My First Scuba Dive -Victoria Heckstall
My First Scuba Dive is intended to be a series of posts from guest writers and Master Divers folk too where they can share the wonder of their first dive. If you have a story to share please read the details at the bottom and you too could be featured! This one comes from Victoria Heckstall.
I must be honest, as a kid I was always a little bit tense around large bodies of open water. You know how it is – something brushes against your leg and you’re convinced it’s a shark (even though you’re in a lake) so you frantically swim and run and splutter your way to the side. At the time you think it’s fear that’s driving us, but as I grew up, I realized that I wasn’t afraid, I was actually getting a rush from being in the open water, an underwater world that was completely alien, and there for me to conquer.
As I got a bit older I started exploring the world of underwater sports. I was immediately struck by snorkelling, because I felt that I would have the freedom to do as I want without all of that bulky diving equipment on me. And yes, it was great. Snorkelling is an amazing experience, and one really does get completely carried away and immersed in the beautiful underwater world. The quiet, the sea so full of life, and my almost voyeuristic presence in the water infected me with the urge to go further and explore more. The limitations of my body were holding me back from what I really wanted to do. I wanted to be able to dive deeply without that pain in my ears, or the need to constantly come up for air.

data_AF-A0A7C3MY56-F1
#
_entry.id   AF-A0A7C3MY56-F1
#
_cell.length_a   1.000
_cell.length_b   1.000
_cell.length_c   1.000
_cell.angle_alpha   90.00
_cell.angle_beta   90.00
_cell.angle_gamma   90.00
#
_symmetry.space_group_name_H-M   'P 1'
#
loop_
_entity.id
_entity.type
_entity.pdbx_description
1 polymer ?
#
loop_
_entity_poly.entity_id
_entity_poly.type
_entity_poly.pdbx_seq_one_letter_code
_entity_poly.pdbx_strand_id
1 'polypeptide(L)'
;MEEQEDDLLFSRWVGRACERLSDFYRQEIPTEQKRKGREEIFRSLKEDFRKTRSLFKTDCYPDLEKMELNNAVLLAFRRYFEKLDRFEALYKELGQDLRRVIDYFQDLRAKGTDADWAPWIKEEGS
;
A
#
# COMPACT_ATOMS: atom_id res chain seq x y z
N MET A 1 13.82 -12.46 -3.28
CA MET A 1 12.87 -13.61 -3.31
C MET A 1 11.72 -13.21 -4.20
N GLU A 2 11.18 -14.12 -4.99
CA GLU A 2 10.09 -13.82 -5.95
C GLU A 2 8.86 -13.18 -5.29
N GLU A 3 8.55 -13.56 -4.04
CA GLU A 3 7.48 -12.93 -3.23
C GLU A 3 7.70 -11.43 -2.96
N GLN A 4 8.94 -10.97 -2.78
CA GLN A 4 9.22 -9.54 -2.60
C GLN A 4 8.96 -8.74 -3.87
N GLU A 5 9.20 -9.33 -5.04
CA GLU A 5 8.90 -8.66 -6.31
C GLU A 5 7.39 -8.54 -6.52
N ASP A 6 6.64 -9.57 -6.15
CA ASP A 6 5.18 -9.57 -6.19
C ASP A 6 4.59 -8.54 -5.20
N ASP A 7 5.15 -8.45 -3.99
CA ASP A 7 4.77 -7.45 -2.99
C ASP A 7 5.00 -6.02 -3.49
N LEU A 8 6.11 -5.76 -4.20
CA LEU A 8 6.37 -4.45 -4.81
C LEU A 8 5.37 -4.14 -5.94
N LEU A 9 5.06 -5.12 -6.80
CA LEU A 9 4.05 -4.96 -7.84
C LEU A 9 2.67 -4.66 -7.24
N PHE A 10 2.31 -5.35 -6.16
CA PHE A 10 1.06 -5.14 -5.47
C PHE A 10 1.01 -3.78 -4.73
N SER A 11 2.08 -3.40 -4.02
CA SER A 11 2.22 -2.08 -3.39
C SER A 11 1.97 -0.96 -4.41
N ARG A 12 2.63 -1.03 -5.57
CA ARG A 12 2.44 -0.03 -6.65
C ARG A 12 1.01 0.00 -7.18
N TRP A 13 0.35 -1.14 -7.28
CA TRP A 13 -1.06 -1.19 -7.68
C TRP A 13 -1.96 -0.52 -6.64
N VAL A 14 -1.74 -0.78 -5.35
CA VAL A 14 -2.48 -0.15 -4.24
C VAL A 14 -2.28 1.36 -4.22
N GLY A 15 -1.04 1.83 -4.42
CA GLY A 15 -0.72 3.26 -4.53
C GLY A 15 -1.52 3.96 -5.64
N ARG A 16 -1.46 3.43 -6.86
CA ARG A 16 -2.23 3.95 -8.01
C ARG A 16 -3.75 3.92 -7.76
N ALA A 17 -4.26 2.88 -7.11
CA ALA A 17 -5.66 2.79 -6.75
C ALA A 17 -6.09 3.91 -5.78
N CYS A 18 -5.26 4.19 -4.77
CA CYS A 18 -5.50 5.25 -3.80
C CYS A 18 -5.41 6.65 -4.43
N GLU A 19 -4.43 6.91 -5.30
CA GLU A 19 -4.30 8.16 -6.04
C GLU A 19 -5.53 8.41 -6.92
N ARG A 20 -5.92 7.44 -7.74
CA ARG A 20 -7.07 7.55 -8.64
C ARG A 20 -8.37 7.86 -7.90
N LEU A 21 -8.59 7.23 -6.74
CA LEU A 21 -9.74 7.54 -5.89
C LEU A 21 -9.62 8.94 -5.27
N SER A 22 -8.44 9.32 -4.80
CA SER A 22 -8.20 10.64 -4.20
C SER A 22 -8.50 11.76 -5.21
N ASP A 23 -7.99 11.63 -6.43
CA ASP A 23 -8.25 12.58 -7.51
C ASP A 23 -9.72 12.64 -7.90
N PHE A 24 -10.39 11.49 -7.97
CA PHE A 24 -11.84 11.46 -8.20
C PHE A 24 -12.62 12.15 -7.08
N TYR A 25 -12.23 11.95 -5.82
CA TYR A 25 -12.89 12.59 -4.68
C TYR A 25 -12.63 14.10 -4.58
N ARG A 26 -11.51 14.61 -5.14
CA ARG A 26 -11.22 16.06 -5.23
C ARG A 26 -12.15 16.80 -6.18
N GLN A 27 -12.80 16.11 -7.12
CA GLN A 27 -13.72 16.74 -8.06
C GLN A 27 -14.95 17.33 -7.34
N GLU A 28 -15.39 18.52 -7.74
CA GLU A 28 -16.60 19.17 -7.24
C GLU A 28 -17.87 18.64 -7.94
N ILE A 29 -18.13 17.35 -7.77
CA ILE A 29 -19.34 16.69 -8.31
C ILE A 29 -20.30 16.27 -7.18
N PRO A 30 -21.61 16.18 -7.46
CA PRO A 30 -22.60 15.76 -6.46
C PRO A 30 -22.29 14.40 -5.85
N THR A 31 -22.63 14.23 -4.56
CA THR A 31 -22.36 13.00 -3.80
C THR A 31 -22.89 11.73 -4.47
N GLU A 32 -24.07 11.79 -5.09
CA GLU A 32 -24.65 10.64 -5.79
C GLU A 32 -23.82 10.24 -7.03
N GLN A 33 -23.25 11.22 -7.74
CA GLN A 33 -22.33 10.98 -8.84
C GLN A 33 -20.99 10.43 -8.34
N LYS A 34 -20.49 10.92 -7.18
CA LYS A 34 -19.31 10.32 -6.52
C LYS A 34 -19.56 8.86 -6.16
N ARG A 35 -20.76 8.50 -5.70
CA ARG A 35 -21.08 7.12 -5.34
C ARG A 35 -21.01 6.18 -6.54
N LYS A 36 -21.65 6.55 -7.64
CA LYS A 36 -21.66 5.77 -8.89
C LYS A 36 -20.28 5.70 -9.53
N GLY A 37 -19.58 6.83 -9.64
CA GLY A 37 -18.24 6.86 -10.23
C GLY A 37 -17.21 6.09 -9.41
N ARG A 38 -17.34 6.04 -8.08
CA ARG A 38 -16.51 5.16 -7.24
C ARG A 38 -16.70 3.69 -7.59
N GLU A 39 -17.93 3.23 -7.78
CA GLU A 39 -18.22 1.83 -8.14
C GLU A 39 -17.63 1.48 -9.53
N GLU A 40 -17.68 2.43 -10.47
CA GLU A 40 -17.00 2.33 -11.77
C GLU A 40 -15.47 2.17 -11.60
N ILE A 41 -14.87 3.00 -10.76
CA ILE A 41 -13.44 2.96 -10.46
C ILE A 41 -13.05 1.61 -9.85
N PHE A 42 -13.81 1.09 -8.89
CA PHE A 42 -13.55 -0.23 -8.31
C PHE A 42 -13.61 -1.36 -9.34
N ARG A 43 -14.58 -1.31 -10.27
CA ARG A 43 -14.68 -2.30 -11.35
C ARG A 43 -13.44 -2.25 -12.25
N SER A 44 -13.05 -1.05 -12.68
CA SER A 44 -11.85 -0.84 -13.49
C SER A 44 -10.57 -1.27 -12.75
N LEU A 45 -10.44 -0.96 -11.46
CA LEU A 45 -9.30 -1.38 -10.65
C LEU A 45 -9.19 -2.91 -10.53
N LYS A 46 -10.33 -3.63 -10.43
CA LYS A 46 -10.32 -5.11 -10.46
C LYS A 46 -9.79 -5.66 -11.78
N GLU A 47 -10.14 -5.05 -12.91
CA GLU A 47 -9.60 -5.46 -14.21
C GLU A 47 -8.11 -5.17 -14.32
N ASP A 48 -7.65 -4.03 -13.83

Scuba diving was the next step for me, but I was a bit apprehensive about all of the theory and exams that I would have to face. I put it off for a few months, and looking back that was the worst thing that I could have done because it kept me away from the water for longer. I eventually got stuck in, and learning the theory alongside practical experiences made things a whole lot easier. Before I knew it I was ready to take my test, and just like that I was a qualified diver!
It is difficult to explain the emotions of my first real dive experience. All of the theory that I had learnt was flowing through my mind, and I was a bit apprehensive that I might forget something, but as soon as I hit the water, I felt at home. The elation of that feeling, of finally having the ability to explore the hidden world below the surface, is surely the most addictive thing on earth.
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